In developing The Prince, Niccolo Machiavelli wrote either a small booklet of kindly advice on leadership for princes and other regional leaders, or he mocked those same leaders through the most deceptive satire ever written. Hundreds of years later, experts still can’t decide which it is.
This review contains spoilers. But Machiavelli would tell me, the ruler of this web site, not to worry about it, since it is more important to be feared by readers than loved.
Machiavelli wrote his book in the early sixteenth century, a time of complex politics in Italy. Some of the most infamous leaders in history ruled in this era, including the Medici and Borgia families. The Protestant Reformation was still a few years away, and the church was actively mixing its ecclesiastical and temporal authority, much to the frustration of civil servant Niccolo Machiavelli. He worked in government, including advising the King of France for a time, and had plenty of opportunities to see the highs and lows of political life.
The Prince is written to princes, those who rule principalities, either by birthright, by appointment, or through usurpation and force. For Machiavelli, it doesn’t matter how you, as a prince, obtained your power. All that matters is that you keep that power. The book’s 26 chapters give blunt directions on how to accomplish that: “Men ought either to be well treated or crushed, because they can avenge themselves of lighter injuries; of more serious injuries they cannot.”
And so it goes, all throughout the text. The author’s recommendations are, at times, gentle, advising princes to keep the populace happy. But underneath is a sinister foundation, with all instructions aimed at keeping the prince in power, no matter the cost. He also says that a prince can engage in any type of moral evil he wants, as long as the citizens are satisfied that he is holy enough. Need to kill someone? Make sure you provide culturally-sensitive justifications. Want to live the rich life? That’s fine, as long as the population still feels it is getting its tax-money’s worth of life and happiness. But don’t take their property, for “men more quickly forget the death of their father than the loss of their patrimony.”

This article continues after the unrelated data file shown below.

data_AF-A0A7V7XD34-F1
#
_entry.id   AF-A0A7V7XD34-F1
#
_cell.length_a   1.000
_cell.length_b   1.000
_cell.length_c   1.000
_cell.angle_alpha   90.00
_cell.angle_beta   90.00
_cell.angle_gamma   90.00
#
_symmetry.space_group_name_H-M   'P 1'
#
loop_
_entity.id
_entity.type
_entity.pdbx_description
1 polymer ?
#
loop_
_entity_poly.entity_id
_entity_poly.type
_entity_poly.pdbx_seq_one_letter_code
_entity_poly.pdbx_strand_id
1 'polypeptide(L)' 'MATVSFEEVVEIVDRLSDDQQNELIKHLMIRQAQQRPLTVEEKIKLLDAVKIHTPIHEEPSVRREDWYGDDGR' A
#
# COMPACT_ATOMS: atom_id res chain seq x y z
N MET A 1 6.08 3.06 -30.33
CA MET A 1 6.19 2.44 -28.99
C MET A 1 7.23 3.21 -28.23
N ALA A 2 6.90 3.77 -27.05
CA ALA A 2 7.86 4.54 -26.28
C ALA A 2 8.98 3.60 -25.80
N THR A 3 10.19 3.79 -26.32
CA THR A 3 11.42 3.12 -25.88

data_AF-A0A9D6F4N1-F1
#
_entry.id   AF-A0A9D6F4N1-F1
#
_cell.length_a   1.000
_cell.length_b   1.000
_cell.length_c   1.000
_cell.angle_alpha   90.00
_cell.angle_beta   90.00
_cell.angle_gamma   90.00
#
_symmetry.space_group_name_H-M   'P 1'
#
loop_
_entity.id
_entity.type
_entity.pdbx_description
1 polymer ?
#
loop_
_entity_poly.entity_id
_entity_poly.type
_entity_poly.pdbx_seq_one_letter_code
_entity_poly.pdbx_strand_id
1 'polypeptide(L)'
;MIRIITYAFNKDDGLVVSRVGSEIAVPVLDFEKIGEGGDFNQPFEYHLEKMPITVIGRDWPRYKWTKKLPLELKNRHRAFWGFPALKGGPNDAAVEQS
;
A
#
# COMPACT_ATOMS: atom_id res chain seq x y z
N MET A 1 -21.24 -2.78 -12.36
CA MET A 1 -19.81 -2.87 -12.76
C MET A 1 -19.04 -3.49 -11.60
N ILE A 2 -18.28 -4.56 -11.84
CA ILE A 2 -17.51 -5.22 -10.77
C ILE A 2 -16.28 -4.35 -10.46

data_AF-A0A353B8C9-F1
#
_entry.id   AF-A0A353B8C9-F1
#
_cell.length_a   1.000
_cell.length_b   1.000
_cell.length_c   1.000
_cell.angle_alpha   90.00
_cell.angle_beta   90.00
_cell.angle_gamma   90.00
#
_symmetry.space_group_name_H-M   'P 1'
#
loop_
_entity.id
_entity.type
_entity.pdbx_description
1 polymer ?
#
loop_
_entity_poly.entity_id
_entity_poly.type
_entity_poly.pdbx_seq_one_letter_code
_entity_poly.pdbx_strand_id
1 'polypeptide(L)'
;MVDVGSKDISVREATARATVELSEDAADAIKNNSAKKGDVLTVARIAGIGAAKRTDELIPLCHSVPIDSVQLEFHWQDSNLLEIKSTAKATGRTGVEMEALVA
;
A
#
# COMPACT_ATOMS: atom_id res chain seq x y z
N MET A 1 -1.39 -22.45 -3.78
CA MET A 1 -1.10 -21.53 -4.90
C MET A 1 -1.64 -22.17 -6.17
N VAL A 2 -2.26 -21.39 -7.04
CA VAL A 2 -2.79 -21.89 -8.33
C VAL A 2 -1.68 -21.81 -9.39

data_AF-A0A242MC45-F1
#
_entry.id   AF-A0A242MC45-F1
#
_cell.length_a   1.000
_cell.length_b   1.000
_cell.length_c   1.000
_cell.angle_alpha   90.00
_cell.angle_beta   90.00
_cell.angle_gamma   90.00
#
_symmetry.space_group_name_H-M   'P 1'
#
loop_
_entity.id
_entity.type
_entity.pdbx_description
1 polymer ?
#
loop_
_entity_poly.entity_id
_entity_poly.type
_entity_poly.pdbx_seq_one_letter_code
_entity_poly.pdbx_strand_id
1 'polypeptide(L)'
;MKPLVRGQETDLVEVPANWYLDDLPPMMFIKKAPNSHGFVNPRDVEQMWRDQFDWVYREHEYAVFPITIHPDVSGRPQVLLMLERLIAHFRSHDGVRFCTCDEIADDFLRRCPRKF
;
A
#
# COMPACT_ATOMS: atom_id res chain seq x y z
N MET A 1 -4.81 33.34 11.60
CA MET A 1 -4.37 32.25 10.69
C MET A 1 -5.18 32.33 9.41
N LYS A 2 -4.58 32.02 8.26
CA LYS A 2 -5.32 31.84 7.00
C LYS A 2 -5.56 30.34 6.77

One reason that the book is deemed satire stems from the constant references to the then-current pontiff, Pope Alexander VI, and his son Duke Valentino, both of whom sought the power of the state. Machiavelli brings them up over and over again, both in terms of their successes and their failures. It all reads like an MBA-program case study series, with additional examples from the lives of Hannibal, Alexander the Great, and even Moses. But it all comes with a hint of mocking that just barely keeps you wondering if the author is serious or not.
The book also provides details on how to maintain an army, when to build alliances with foreign states, and how intelligent your advisers should be. Most of the advice would still work today, and in fact, does. One statement from Chapter 9 especially moved me: “A wise prince ought to adopt such a course that his citizens will always in every sort and kind of circumstance have the need of the state and of him, and then he will always find them faithful.” In today’s divisive arguments over government largess and entitlements, such advice seems fresh and relevant.
If you are looking for insight into sixteenth century European politics, or you need to know how to control your own little fiefdom at work, spend a few hours with The Prince.
The Well-Read Man Project
For more information about this book, visit its Well-Read Man Project page.